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Nick Clegg accuses Tories of being stuck 'up the Brexit creek' without a paddle

Nick Clegg has accused the Tories of being stuck "up the Brexit creek" without a paddle, canoe or map.

Making his return to centre stage at the Liberal Democrat conference, the former deputy prime minister delivered a stern warning that "swivel-eyed" Tory backbenchers will force Britain out of the single market, with dire consequences for the UK economy.

"You cannot have untrammelled access to a single market, which remember is a single market of rules, without abiding in one shape or form by those rules. That is what will lead to gridlock in the next few years.

"That is why they find themselves up this Brexit creek, never mind that they don't have a paddle, they don't have a canoe, they don't have a map, they have absolutely no clue whatsoever," he said.

Mr Clegg, who has returned to the political front line as Lib Dem Brexit spokesman, insisted it was essential for British prosperity to remain in the single market, which allows free movement of trade and people.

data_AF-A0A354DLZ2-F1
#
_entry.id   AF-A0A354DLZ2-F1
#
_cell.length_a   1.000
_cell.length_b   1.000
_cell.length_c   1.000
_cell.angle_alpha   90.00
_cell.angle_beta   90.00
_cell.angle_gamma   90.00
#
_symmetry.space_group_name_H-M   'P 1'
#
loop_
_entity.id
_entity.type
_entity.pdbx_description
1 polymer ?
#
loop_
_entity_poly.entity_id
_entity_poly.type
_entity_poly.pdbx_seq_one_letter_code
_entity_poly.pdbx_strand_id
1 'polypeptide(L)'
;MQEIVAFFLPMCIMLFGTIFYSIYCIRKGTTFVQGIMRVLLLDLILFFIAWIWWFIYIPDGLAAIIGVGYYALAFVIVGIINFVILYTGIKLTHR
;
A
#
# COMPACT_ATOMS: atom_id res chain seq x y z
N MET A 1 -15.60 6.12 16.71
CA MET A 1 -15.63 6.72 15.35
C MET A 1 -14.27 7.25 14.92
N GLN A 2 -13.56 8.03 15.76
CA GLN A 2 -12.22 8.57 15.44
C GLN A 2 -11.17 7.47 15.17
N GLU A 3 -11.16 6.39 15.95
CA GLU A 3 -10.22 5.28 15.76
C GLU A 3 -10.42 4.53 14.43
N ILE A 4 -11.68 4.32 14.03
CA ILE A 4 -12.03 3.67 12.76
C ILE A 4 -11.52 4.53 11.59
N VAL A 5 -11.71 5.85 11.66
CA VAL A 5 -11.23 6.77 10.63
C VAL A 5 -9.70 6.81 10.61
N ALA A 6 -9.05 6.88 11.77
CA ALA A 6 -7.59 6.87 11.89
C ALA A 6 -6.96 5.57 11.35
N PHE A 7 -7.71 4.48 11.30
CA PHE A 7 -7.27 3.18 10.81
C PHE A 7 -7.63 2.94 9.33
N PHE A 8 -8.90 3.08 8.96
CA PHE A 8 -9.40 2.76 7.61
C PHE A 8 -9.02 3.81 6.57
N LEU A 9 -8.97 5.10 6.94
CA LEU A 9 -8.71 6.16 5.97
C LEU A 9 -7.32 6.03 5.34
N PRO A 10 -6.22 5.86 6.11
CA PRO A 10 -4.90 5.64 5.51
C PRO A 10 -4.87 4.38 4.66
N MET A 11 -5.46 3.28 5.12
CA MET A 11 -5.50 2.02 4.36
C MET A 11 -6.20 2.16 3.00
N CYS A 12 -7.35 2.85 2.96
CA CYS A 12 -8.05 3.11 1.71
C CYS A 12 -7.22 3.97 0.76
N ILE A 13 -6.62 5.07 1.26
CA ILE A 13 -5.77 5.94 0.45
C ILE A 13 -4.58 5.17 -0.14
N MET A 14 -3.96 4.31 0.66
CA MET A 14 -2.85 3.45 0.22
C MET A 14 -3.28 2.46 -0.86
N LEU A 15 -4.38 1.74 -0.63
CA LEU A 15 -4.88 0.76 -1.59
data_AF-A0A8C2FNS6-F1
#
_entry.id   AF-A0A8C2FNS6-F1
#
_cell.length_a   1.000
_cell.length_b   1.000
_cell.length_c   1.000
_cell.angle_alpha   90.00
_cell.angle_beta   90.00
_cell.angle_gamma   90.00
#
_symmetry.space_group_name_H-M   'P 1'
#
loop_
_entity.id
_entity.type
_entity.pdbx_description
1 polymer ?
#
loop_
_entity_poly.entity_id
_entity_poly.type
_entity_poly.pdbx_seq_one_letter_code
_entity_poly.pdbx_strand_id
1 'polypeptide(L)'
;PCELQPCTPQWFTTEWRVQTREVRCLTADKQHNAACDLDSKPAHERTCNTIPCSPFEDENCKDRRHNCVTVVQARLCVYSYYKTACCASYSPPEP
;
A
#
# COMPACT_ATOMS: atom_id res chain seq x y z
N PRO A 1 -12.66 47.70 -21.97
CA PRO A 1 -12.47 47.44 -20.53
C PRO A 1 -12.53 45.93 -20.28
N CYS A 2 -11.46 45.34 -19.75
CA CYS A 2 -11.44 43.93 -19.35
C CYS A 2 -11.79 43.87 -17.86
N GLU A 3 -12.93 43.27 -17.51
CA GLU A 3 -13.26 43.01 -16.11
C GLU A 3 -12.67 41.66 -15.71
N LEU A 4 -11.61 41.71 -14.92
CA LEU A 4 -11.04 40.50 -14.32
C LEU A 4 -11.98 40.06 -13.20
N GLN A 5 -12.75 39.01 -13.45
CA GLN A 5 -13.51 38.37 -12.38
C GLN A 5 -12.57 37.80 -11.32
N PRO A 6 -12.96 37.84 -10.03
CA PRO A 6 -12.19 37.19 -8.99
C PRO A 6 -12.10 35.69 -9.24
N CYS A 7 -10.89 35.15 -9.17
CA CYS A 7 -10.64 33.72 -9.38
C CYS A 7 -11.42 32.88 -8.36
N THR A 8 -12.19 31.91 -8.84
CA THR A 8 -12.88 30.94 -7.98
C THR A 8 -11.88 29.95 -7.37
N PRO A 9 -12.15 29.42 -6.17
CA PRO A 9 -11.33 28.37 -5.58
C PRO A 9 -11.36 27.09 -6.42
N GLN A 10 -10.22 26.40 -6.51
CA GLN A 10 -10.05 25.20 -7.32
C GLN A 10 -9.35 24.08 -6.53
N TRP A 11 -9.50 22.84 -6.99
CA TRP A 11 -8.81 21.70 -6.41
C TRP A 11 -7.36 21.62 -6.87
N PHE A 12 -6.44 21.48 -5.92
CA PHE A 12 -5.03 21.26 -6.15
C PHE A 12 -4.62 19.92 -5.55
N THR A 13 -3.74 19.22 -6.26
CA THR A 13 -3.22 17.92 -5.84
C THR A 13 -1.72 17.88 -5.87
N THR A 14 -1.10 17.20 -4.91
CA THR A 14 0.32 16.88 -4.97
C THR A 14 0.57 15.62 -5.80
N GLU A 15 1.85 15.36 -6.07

He warned that the two sides of the Tory brain were being torn between "free trade and gunboat diplomacy".

"I think, under pressure from their swivel-eyed backbenchers, under pressure from the, sort of, Brexit press, under pressure from their own internal contradictions, they will move remorselessly towards a hard Brexit.

"Not only taking us out of the European Union, but taking us out of the single market as well. And when they do that they will do untold damage to the British economy," Mr Clegg said.

The intervention came as Lib Dem leader Tim Farron accused Jeremy Corbyn of "throwing in the towel" over EU membership.

Attacking the Labour leader, Mr Farron said: "He didn't make an effort to keep us in Europe during the referendum campaign and now he has made clear he won't fight for our membership of the single market."

Mr Farron said he felt a sense of "bereavement" at the EU referendum result.

"There is a sense of bereavement because it wasn't just about losing an election, there was a sense of losing your identity.

"Whilst we've not changed our view that the referendum result is one we should respect, neither have we changed our view that being in Europe is undoubtedly still the best thing for the Liberal Democrats," Mr Farron told BBC Radio 5 Live.

The Lib Dem conference in Brighton voted to back Mr Farron's demand for the terms of a Brexit deal to be put to a second referendum.


From Belfast Telegraph